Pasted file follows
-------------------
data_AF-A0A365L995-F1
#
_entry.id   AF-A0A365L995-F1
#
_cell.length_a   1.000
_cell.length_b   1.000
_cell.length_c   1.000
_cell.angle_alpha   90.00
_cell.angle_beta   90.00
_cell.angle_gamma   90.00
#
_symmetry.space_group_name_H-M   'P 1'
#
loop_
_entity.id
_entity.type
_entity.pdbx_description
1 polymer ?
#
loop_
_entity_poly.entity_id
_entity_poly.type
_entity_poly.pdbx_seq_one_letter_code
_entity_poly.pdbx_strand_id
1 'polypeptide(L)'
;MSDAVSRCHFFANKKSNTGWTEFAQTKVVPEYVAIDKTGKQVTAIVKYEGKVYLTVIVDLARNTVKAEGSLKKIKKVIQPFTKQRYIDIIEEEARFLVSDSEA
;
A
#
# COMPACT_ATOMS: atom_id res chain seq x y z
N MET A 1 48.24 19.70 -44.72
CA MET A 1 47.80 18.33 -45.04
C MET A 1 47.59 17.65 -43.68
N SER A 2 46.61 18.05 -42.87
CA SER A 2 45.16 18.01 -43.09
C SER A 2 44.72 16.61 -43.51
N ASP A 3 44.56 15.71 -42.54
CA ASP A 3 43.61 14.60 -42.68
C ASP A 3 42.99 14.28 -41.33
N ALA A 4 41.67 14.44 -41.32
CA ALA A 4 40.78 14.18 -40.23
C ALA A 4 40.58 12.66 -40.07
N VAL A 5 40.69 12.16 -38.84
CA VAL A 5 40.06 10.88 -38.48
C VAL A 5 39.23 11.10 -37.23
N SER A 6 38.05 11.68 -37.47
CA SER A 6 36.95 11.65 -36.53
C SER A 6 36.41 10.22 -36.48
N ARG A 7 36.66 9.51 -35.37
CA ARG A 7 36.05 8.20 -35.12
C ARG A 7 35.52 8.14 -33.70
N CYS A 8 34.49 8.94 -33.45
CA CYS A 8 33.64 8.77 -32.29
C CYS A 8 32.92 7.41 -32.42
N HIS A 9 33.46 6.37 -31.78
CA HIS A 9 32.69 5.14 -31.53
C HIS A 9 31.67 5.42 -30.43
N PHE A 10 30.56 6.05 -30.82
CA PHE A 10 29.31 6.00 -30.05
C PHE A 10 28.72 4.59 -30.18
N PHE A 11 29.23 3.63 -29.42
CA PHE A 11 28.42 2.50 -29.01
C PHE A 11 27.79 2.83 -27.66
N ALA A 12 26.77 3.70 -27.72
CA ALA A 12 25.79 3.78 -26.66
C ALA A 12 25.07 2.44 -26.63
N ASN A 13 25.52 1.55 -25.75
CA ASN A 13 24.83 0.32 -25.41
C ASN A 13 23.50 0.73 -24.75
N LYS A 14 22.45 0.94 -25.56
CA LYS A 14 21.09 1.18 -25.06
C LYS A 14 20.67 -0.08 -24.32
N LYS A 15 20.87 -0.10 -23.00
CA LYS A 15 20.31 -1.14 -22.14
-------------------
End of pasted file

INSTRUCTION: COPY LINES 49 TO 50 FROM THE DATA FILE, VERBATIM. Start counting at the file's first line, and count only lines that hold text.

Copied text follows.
N ARG A 7 36.66 9.51 -35.37
CA ARG A 7 36.05 8.20 -35.12